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Great Britain

Paul Whitters’ family ‘deeply disappointed’ at meeting with Karen Bradley

Paul Whitters (15) pictured with his baby brother Aidan.
Paul Whitters (15) pictured with his baby brother Aidan.

Relatives of a Derry schoolboy killed by a plastic bullet nearly 40 years ago say they’ve been left “deeply disappointed” following talks with the NI Secretary of State.

Paul Whitters (15) died after he was hit on the head with a plastic bullet fired by a RUC man in April 1981.

At today's meeting in Belfast were, from left, Helen Whitters, Robin Livingstone and Tony Brown.

At today's meeting in Belfast were, from left, Helen Whitters, Robin Livingstone and Tony Brown.

The incident, which took place at Great James’ Street, followed a day of rioting in Derry at the height of the 1981 Long Kesh hunger strikes.

Today, the family of Paul Whitters, accompanied by relatives of Julie Livingstone (15) - also killed by a plastic bullet in Belfast in 1981 - met with Secretary of State Karen Bradley to discuss the closure of files relating to their deaths.

Earlier this year, the families wrote to Karen Bradley asking that the files - scheduled to remain closed for

decades - be released to them.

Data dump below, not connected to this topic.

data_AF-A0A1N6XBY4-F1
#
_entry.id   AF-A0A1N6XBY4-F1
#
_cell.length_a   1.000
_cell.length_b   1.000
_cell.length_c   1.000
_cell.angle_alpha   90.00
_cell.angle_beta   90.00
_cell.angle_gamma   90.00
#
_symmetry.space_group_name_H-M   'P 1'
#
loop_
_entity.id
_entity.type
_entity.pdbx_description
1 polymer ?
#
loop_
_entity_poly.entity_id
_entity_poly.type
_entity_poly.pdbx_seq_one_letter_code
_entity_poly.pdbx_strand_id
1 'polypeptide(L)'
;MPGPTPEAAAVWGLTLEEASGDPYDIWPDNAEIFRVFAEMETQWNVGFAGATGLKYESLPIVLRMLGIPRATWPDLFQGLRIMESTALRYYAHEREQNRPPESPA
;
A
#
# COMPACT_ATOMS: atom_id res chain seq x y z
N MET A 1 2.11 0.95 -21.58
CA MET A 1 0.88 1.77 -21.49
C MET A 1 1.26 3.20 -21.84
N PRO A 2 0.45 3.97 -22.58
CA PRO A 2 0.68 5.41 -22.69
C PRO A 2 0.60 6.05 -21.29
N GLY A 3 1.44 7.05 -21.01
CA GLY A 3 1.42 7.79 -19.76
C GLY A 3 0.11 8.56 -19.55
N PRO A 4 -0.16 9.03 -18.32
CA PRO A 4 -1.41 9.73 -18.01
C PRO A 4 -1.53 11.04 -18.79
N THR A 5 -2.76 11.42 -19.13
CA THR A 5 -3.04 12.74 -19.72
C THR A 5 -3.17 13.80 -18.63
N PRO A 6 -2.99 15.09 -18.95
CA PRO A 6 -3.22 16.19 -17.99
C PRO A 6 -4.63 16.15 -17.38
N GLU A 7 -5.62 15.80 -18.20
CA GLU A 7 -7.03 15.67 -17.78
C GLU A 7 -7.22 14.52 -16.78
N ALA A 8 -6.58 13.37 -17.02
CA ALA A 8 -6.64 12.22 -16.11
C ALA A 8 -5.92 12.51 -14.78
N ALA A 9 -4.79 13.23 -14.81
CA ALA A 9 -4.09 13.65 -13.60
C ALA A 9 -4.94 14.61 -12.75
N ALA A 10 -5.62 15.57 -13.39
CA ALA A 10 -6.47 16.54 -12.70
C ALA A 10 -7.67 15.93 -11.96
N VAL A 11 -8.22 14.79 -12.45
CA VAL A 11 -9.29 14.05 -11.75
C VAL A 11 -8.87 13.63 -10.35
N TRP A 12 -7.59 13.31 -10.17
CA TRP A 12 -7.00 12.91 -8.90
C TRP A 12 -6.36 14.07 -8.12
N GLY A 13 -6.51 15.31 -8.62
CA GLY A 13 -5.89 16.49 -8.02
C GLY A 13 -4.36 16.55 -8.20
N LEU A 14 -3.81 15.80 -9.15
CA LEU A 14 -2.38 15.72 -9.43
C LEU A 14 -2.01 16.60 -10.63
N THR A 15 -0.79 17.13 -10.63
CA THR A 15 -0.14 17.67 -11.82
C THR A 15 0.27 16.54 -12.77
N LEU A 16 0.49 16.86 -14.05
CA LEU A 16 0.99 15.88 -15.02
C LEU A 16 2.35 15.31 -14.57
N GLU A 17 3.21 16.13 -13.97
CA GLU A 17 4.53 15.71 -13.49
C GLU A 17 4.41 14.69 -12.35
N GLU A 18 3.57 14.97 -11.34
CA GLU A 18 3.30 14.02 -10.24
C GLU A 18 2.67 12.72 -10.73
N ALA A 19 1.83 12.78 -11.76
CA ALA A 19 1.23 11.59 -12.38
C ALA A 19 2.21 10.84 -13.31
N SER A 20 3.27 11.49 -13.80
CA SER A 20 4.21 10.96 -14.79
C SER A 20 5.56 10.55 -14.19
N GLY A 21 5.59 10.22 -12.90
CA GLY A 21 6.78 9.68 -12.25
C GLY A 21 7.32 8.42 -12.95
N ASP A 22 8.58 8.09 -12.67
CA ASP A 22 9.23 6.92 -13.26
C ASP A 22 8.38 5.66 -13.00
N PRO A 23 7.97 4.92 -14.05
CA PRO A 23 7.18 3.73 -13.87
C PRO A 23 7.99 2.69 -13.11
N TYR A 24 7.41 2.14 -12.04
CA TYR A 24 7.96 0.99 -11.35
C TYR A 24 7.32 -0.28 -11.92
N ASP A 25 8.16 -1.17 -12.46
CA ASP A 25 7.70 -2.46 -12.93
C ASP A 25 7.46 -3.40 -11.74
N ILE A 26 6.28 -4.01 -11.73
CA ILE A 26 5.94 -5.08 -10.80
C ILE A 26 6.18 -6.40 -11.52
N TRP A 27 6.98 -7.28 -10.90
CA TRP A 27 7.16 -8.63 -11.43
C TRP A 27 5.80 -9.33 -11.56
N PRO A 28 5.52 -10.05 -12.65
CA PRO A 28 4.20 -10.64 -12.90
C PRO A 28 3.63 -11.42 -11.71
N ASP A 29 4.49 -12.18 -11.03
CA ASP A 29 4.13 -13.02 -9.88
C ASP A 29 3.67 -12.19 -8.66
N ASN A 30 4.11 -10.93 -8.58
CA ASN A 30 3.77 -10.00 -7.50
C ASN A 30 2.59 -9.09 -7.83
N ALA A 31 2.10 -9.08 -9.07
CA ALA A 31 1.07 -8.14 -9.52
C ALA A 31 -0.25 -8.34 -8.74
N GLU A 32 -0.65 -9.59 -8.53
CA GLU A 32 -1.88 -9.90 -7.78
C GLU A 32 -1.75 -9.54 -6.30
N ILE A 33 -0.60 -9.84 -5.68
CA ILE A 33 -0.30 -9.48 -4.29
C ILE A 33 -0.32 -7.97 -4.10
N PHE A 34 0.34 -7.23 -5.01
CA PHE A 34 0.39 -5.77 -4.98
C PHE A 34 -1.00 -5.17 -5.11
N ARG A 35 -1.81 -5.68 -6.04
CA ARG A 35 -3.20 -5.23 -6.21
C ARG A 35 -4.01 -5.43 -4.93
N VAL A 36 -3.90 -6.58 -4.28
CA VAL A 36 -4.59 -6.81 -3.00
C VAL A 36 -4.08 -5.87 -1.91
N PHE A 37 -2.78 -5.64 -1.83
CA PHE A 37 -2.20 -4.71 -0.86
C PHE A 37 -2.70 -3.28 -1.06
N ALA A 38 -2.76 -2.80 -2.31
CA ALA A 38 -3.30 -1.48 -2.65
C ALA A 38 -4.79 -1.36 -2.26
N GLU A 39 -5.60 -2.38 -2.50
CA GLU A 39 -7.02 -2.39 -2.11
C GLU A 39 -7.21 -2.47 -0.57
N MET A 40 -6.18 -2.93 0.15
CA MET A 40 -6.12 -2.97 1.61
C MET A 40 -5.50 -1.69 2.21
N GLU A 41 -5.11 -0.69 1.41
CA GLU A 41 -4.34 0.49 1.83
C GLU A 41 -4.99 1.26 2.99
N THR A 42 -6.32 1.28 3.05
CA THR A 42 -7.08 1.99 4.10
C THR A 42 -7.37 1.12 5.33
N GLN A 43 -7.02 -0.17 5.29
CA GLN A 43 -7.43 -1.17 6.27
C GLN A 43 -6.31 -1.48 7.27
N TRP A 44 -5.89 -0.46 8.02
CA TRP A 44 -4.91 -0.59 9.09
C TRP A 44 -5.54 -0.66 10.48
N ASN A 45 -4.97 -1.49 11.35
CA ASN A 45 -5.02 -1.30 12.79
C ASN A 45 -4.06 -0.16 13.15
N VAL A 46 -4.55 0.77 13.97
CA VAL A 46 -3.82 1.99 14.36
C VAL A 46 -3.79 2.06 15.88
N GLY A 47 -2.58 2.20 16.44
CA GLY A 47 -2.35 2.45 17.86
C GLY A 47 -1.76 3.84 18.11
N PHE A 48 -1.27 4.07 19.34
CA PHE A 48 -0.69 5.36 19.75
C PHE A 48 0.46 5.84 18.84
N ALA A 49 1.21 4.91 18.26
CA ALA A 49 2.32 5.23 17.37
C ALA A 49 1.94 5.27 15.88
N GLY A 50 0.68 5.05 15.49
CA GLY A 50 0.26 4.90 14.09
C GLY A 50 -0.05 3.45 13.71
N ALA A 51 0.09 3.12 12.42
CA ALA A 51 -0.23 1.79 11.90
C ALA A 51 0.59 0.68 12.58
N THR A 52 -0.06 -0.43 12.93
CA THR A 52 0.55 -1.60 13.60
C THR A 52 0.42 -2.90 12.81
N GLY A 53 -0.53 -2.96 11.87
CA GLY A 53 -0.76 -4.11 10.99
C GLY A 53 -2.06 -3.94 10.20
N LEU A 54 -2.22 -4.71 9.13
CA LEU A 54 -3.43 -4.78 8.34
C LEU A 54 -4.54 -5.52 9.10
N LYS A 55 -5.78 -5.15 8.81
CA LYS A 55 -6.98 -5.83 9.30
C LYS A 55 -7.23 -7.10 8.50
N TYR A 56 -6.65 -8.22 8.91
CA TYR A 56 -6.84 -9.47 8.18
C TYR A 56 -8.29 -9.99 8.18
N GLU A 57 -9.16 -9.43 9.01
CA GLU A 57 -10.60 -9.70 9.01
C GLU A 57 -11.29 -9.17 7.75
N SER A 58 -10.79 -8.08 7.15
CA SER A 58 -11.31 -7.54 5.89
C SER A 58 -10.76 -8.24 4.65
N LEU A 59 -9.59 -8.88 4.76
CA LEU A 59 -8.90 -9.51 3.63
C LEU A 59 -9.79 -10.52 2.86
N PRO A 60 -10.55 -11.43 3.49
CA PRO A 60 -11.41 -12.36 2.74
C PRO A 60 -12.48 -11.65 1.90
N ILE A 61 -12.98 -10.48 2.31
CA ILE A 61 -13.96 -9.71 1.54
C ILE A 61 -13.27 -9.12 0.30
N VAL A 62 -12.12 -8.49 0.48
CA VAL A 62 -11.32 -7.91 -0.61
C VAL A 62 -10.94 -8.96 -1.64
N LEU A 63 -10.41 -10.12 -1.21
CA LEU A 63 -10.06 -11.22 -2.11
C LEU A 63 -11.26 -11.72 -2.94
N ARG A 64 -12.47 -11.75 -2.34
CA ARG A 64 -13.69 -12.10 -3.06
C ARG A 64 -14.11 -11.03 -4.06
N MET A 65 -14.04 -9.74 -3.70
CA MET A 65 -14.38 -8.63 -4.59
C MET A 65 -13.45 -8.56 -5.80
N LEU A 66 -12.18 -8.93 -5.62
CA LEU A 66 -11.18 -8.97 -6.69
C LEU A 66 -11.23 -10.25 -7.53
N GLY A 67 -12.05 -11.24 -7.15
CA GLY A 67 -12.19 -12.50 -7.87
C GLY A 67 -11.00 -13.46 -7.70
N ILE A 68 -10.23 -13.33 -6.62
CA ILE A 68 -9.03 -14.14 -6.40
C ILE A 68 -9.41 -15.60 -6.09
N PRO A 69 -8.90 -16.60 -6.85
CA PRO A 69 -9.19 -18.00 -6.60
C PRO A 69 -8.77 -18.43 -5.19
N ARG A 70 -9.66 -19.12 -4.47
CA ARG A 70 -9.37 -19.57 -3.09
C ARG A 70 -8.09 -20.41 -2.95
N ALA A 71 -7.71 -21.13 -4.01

This morning, accompanied by the Pat Finucane Centre (PFC) and Relatives for Justice, Helen Whitters, the

mother of Paul Whitters, her brother, Tony Brown, and Robin Livingstone, brother of Julie, met with Karen Bradley and her advisors.

The meeting, the families say, was “deeply dissatisfactory”.

It’s understood Mrs Bradley and her advisors outlined the decision-making process that, according to the PFC, results in files relating to children killed by the State being withheld from public view until the direct living relatives of those children are likely to have passed away.

The families say they were told there was nothing the Secretary of State could do to intervene to secure the release of the files without the families engaging in a process of seeking them under a Freedom of Information request. It’s understood the files are now the property of the National Archives in London and no longer anything to do with the Secretary of State or her office.

Meanwhile, according to the families, there is no information as to why the files are closed other than it may be because of “health and safety” concerns as they may contain personal information.

The families have branded the situation a “scandal”.

Speaking after the meeting, Helen Whitters said: “So, the Secretary of State can’t tell us why the files are closed because the NIO has marked the files secret and because they are secret they claim not to know why they have marked them secret! The circular stupidity of this argument has left us speechless. This is about my son who was shot at almost point blank range at 15 years of age and about the cruel death at 14 of Julie Livingstone. They were just children.“

The families have asked to see in writing the full legal framework surrounding the closure of the files.

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